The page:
Acupuncture has been steadily gaining ground over the past decade as a legitimate natural remedy that can help with a number of health conditions. In recent health news, a lesser-known form of this traditional Chinese healing practice is getting some positive reviews when it comes to cardiac care.
Researchers at the Graduate Institute of Chinese Medical Science in Taiwan just completed a study that investigated the effect of electroacupuncture on cognitive function and health-related quality of life in patients who have experienced a stroke.
Obviously, a stroke is a traumatic event, but what comes after one can also be particularly troublesome. Symptoms following a stroke can cover a broad range of health problems—from loss of mobility to cognitive impairment (including memory loss) to difficulty speaking. But, many people recover fully after a stroke—if they are given the right treatment at the right time.
For their study, the Taiwanese researchers attempted to help 38 stroke victims recover through the use of electroacupuncture. A treatment group of 17 stroke participants with cognitive impairment were measured against 16 in a control group.
Electroacupuncture was applied to two particular acupuncture points: PC6 and HT7. The treatment lasted for 20 minutes twice a week for eight weeks in the treatment group, while participants in each group continued rehabilitation. A cognitive assessment and quality-of-life assessment were carried out in each group at baseline, and at eight weeks after treatment.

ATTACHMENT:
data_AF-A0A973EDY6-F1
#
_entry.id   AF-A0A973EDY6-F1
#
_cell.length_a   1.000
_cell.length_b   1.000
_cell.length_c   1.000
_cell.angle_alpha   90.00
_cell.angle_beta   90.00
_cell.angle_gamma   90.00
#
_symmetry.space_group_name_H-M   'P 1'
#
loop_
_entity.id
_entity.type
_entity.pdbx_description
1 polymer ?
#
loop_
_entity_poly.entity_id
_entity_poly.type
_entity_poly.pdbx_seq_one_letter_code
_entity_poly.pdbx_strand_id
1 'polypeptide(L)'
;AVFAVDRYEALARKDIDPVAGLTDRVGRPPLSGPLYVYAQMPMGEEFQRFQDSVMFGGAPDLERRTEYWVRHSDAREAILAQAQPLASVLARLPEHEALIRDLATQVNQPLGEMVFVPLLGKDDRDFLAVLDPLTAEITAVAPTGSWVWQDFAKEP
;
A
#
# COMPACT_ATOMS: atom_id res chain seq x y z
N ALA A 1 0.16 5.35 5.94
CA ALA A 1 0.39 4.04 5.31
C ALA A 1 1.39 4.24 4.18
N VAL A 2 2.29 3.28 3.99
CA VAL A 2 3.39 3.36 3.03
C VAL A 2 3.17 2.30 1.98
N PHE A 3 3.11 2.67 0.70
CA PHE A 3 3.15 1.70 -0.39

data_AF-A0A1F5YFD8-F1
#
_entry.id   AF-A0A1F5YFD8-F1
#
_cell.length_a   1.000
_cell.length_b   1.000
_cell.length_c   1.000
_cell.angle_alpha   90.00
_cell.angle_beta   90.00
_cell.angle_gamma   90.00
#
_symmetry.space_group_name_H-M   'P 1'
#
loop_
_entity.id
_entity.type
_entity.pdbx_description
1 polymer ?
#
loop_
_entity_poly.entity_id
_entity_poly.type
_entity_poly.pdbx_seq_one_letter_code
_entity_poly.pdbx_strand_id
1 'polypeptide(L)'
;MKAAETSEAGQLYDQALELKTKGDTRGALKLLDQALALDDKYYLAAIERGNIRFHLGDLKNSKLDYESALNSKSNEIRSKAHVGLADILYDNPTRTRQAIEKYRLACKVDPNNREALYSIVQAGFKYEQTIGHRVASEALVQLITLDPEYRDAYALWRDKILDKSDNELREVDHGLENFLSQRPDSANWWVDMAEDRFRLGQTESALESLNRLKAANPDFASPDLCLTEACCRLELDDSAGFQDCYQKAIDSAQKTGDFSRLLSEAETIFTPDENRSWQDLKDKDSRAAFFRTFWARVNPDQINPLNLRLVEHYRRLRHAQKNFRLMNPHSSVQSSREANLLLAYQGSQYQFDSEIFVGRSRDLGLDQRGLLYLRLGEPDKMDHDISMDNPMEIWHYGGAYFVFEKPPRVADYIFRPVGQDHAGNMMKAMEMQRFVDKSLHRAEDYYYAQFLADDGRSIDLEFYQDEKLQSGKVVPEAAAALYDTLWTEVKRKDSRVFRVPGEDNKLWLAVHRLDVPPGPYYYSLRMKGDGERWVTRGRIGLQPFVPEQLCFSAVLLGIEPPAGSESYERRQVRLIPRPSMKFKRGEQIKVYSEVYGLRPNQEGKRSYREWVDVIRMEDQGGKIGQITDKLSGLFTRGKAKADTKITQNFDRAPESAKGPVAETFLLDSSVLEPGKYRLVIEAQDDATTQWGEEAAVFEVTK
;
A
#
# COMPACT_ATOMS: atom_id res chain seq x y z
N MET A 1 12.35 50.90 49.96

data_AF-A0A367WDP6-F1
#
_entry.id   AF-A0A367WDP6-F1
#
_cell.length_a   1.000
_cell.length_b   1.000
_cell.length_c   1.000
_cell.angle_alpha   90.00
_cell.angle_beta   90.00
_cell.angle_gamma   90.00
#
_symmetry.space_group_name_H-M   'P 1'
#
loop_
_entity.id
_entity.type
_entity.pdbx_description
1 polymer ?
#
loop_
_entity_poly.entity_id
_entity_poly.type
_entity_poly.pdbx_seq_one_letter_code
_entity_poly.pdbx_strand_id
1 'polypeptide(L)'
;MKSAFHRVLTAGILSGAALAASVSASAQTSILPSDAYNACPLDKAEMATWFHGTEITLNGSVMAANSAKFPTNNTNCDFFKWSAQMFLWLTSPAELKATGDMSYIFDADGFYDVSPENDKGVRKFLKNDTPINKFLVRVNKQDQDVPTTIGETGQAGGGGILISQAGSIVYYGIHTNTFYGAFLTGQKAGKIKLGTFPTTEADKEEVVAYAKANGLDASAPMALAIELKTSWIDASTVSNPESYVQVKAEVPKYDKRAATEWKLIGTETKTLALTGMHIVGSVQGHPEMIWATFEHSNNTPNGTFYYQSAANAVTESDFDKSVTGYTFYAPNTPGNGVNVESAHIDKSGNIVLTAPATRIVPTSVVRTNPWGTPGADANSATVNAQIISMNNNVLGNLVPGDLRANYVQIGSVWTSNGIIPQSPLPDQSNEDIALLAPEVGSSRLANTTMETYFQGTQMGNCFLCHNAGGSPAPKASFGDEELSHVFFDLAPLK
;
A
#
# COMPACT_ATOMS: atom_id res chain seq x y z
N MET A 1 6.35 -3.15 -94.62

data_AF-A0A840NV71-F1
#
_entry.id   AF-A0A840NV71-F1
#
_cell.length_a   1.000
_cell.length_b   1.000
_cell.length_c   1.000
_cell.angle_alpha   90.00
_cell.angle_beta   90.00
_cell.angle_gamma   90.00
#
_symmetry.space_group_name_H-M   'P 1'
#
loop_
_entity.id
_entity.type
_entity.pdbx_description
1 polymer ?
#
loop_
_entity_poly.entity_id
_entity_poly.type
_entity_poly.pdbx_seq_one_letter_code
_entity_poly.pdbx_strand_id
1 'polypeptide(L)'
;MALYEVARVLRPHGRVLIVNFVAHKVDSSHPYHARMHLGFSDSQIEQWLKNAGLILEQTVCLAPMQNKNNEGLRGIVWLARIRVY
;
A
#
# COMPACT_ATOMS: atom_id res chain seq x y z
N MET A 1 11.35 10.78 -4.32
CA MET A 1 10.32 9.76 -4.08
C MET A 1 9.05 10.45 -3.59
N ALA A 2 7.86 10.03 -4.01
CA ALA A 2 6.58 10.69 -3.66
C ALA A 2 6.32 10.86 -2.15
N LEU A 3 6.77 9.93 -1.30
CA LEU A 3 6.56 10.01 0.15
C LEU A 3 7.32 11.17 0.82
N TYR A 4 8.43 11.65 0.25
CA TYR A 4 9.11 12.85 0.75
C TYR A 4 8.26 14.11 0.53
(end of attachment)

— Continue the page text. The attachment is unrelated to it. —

The research team found that significant improvement was detected in four subsets of cognitive function for those in the electroacupuncture group: memory; personality; praxis; and language. Praxis refers to the process by which a theory, lesson, or skill is enacted, practiced, learned, or realized. The researchers concluded by stating that there is a positive effect of electroacupuncture on cognition and quality of life in patients who have had a stroke.
Electroacupuncture could help speed the recovery of stroke sufferers. Get your doctor’s advice about how to find a qualified practitioner.
Sources for Today’s Articles:
This Uncommon Type of Acupuncture Could Boost Brain Function after a Stroke
Chou, P., et al., “Effects of electroacupuncture treatment on impaired cognition and quality of life in Taiwanese stroke patients.” J Altern Complement Med. October 2009; 15(10): 1,067-1,073.